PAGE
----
In the information era with its increased use of mobile devices to communicate and access information, web browsers constitute the central component to navigate through the vast amount of information as they are able to fetch and visualize content spread across the world-wide data network known as the Internet. Over the last decade, visualization capabilities of web browsers have been greatly enhanced by the increase in processing power of general purpose CPUs and graphics accelerators. Most mobile platforms include general-purpose SIMD engine, such as ARM NEON which can be used to efficiently process multimedia formats and help enhance user experience – up to a 4x improvement as discussed in this article.
Speeding up SVG filters with the ARM NEON instruction set
SVG filters are powerful graphical operations which can be used to enhance the visual appearance of common graphical primitives (texts, boxes, circles) with effects such as lighting and shadow casting just to name a few.
Filters consist of filter primitives, where each primitive performs an atomic operation, while their results can be combined together to create amazing graphical effects. Some primitives are simple enough to be handled by the underlying graphical subsystem (image moving is an example) while others require software rendering support. The latter ones are both most appealing and most computationally intensive. In this article we share some of our experience that has accumulated during the implementation of ARM NEON based SVG filters.
Speeding up the lighting filter
The lighting filter produces a shining effect based on the alpha channel as a height-map and is well suited to the ARM NEON instruction set since both the increased computation power and the larger register size can be used in multiple ways.
The NEON instruction set allows multiplication of four floating point numbers simultaneously, which is especially useful for fast normalized dot product calculation. A (0,0,0)->(x,y,z) vector can be efficiently represented in a NEON register as follows:
The first three single precision floating point numbers contain the x, y and z coordinates, the fourth coordinate contains the length (which is redundant information but is useful for optimization purposes). The normalized dot product of two vector can be obtained as (x1*x2+y1*y2+z1*z2)/(length1*length2).
All multiplications in this formula can be done by a single NEON VMUL multiplication instruction! This example emphasizes the importance of efficient data layout which can further improve the efficiency of SIMD instruction sets.
NEON registers can also be used to hold temporary data, which can reduce the number of memory reads and writes. As for the lighting filter, the normal vector is calculated from the alpha values of the 3x3 pixel matrix centered around the current pixel. Since the alpha values are processed from left to right, the center and right columns become the next left and center column, respectively. This shift can be done by a VEXT NEON instruction as the three u16 alpha values representing the current row are stored in the upper 6 bytes of a D register, and only the new right column needs to be loaded from the memory.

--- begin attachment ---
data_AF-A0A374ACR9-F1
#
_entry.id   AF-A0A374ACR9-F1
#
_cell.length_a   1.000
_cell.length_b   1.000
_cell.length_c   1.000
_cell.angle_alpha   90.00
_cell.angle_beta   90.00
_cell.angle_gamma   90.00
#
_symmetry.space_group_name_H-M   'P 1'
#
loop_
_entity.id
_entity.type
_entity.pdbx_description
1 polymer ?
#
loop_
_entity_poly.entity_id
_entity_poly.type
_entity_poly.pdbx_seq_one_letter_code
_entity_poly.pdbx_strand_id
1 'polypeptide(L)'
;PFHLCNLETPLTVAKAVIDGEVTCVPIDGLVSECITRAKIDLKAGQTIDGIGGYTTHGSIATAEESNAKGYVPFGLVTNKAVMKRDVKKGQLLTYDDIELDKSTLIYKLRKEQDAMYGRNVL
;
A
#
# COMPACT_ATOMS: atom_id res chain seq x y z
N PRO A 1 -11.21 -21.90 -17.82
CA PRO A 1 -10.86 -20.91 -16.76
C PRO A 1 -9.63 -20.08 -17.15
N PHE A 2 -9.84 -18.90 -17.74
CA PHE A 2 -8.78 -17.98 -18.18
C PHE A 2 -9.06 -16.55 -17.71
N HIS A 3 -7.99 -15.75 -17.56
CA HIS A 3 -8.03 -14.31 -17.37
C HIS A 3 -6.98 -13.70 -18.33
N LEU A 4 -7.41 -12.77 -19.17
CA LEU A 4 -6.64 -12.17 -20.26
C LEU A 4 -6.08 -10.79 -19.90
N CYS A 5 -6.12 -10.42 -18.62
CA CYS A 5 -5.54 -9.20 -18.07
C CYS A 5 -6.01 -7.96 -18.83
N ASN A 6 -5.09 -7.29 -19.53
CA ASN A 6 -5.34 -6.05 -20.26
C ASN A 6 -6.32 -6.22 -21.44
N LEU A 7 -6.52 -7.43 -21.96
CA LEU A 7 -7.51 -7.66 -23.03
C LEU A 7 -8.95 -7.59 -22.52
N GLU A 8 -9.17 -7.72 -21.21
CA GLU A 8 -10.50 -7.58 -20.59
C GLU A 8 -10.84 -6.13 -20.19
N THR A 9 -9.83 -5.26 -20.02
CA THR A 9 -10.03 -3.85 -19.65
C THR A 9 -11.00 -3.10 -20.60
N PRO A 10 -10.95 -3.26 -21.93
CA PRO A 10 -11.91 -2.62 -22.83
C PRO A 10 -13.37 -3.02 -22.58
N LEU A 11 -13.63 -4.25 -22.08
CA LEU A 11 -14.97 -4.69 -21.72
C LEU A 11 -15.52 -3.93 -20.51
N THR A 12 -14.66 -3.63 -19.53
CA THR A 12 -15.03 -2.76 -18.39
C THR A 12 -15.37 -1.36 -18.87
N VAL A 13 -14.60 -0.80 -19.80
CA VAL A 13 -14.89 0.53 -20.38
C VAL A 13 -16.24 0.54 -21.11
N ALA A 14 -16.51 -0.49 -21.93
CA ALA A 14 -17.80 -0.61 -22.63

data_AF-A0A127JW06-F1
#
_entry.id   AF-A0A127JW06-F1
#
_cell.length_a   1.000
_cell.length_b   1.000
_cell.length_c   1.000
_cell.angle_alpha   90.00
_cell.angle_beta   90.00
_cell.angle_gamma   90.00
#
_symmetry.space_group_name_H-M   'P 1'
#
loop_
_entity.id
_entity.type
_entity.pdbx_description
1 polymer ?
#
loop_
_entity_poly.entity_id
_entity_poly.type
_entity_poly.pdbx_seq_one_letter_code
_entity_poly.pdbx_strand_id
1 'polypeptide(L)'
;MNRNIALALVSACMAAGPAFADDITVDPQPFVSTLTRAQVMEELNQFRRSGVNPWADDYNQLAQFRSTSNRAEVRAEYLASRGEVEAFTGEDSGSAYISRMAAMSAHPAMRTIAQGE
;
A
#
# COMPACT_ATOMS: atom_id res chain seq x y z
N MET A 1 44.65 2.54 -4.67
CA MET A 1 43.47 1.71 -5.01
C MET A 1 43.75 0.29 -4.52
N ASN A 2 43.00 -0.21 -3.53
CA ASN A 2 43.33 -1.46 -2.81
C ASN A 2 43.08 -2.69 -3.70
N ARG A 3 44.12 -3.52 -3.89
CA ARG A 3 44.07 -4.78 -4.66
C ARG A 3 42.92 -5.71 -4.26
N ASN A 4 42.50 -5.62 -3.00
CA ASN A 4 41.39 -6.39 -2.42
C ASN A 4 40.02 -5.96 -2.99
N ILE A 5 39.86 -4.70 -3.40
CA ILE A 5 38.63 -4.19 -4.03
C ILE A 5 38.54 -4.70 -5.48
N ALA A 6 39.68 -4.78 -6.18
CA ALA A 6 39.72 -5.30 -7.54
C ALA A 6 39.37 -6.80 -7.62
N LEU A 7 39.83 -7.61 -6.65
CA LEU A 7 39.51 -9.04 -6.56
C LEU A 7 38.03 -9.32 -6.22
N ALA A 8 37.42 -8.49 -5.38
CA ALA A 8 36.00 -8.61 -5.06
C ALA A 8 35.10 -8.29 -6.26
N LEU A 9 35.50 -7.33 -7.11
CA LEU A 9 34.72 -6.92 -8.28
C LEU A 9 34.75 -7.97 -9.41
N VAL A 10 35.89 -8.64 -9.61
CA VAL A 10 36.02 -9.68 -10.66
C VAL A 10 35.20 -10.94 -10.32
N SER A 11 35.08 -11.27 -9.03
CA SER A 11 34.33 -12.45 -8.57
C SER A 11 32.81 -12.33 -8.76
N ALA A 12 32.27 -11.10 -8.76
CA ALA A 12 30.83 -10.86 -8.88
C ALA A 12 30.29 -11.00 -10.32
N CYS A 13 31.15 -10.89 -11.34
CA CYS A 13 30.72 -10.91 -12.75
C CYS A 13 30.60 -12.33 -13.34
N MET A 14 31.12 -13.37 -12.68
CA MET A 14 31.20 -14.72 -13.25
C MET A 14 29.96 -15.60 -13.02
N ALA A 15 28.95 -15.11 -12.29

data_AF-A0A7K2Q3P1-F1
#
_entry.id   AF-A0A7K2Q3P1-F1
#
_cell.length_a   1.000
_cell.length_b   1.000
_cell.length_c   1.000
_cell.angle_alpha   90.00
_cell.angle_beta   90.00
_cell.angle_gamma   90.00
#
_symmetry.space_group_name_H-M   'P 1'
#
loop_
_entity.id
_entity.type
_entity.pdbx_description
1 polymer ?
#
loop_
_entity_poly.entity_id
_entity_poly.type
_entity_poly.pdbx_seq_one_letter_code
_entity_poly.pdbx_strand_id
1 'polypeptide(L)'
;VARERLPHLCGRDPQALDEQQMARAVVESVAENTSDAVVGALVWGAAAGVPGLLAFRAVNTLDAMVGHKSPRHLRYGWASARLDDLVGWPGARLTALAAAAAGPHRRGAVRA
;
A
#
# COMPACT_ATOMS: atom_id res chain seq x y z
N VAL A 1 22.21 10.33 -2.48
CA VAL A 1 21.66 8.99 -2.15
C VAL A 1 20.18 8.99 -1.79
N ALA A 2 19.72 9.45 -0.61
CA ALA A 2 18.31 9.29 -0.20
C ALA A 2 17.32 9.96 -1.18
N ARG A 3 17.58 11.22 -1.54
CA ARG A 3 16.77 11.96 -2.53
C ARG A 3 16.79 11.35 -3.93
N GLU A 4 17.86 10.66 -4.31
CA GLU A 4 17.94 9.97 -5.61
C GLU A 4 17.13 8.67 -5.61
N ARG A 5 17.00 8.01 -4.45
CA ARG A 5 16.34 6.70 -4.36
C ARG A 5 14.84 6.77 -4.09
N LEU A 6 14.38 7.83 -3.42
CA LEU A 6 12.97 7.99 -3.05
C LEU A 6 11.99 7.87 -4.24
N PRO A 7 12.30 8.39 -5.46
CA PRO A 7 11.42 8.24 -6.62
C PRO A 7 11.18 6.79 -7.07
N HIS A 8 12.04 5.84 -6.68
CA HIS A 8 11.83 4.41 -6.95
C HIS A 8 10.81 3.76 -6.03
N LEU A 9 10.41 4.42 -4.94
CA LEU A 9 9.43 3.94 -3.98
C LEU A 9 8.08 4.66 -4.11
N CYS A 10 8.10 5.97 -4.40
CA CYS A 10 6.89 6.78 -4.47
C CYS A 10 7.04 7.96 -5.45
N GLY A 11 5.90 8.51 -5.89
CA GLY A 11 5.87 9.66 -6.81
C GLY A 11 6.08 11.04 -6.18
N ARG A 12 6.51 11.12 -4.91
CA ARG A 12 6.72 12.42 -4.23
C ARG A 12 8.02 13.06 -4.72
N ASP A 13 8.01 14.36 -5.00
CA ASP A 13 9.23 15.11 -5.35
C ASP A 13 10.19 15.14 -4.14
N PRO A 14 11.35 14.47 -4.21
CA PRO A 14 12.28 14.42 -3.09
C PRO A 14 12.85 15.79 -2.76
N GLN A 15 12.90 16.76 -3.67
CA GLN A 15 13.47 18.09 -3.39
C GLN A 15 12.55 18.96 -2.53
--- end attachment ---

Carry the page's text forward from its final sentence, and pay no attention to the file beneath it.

The NEON instruction set has other features which are very useful with lighting filters such as the fast conversion between multiple integer and floating point numbers, and the efficient clamping of the light strength to the 0-1 range by VMAX and VMIN instructions.
Using the optimizations above, the hand-written NEON-optimized assembly lighting filter is able to run 4 times faster on an ARM Cortex-A9 CPU compared to its C++ counterpart implementation. The implementation supports both diffuse and specular lighting filters with ambient, point and spot light sources.
Speeding up the Gaussian blur
The Gaussian blur filter has somewhat less potential to use the extra processing power provided by NEON instructions since the blurring effect is quite simple. The value of the current pixel is simply replaced by the average of its neighbouring pixels.
The average calculation must be applied to each row first, then to each column. This sequence is repeated three times (total of 6 runs).
The average must be calculated for all four (red, green, blue, and alpha) channels. All operations on the four channels, including memory transfers and arithmetic operations can be parallelized using appropriate NEON instructions (e.g., VADD, VLDR, VMUL). The NEON-based algorithm is 4 times faster than the original algorithm which processes each channel one-by-one.
From our experience, using the ARM NEON instruction set can considerably speed up computation intensive algorithms, where the same operation can be executed on multiple data of the same type.
NEON registers can also be used to store temporary data in order to reduce the number of memory transfer operations.
All this work is open source, and can be accessed as part of the official WebKit trunk, HERE.
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The ARM Connected Community (CC) is an extensive ecosystem covering all aspects of ARM processor-based design, from chip implementation through to system and device design. The CC provides a platform for collaborative innovation, with multiple types of forums for members to work with one another, and with customers, to solve industry challenges, all with the purpose of enabling designers to focus on differentiating features and an accelerated time-to-market for ARM powered solutions.
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